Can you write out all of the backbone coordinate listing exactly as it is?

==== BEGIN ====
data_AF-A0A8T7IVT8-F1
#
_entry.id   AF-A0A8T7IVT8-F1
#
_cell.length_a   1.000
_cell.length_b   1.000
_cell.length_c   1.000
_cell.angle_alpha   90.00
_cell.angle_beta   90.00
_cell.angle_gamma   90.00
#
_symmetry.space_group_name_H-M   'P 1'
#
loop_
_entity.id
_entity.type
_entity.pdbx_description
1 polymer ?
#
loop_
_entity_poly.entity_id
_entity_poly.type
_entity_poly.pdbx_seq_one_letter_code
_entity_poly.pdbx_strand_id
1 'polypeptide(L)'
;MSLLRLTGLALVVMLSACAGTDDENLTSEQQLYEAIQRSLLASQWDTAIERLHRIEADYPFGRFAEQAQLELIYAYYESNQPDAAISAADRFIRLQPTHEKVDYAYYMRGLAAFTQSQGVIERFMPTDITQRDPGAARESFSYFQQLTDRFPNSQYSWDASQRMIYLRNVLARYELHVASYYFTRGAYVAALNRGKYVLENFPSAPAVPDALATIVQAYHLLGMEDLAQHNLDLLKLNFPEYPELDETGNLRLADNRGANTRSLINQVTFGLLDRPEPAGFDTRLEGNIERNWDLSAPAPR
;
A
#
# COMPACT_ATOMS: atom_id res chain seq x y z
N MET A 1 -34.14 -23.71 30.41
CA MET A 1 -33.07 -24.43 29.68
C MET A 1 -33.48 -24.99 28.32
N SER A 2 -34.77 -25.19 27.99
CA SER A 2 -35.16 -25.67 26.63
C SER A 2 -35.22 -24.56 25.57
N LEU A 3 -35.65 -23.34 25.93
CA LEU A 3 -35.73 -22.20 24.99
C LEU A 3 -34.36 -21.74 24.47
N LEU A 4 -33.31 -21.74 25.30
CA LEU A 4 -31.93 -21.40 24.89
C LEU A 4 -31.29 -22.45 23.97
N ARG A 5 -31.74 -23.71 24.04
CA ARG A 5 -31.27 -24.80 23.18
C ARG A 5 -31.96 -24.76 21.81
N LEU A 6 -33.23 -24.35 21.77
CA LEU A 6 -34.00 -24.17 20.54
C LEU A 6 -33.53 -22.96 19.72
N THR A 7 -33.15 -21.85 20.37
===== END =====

data_AF-A0A8T7IVT8-F1
#
_entry.id   AF-A0A8T7IVT8-F1
#
_cell.length_a   1.000
_cell.length_b   1.000
_cell.length_c   1.000
_cell.angle_alpha   90.00
_cell.angle_beta   90.00
_cell.angle_gamma   90.00
#
_symmetry.space_group_name_H-M   'P 1'
#
loop_
_entity.id
_entity.type
_entity.pdbx_description
1 polymer ?
#
loop_
_entity_poly.entity_id
_entity_poly.type
_entity_poly.pdbx_seq_one_letter_code
_entity_poly.pdbx_strand_id
1 'polypeptide(L)'
;MSLLRLTGLALVVMLSACAGTDDENLTSEQQLYEAIQRSLLASQWDTAIERLHRIEADYPFGRFAEQAQLELIYAYYESNQPDAAISAADRFIRLQPTHEKVDYAYYMRGLAAFTQSQGVIERFMPTDITQRDPGAARESFSYFQQLTDRFPNSQYSWDASQRMIYLRNVLARYELHVASYYFTRGAYVAALNRGKYVLENFPSAPAVPDALATIVQAYHLLGMEDLAQHNLDLLKLNFPEYPELDETGNLRLADNRGANTRSLINQVTFGLLDRPEPAGFDTRLEGNIERNWDLSAPAPR
;
A
#
# COMPACT_ATOMS: atom_id res chain seq x y z
N MET A 1 -34.14 -23.71 30.41
CA MET A 1 -33.07 -24.43 29.68
C MET A 1 -33.48 -24.99 28.32
N SER A 2 -34.77 -25.19 27.99
CA SER A 2 -35.16 -25.67 26.63
C SER A 2 -35.22 -24.56 25.57
N LEU A 3 -35.65 -23.34 25.93
CA LEU A 3 -35.73 -22.20 24.99
C LEU A 3 -34.36 -21.74 24.47
N LEU A 4 -33.31 -21.74 25.30
CA LEU A 4 -31.93 -21.40 24.89
C LEU A 4 -31.29 -22.45 23.97
N ARG A 5 -31.74 -23.71 24.04
CA ARG A 5 -31.27 -24.80 23.18
C ARG A 5 -31.96 -24.76 21.81
N LEU A 6 -33.23 -24.35 21.77
CA LEU A 6 -34.00 -24.17 20.54
C LEU A 6 -33.53 -22.96 19.72
N THR A 7 -33.15 -21.85 20.37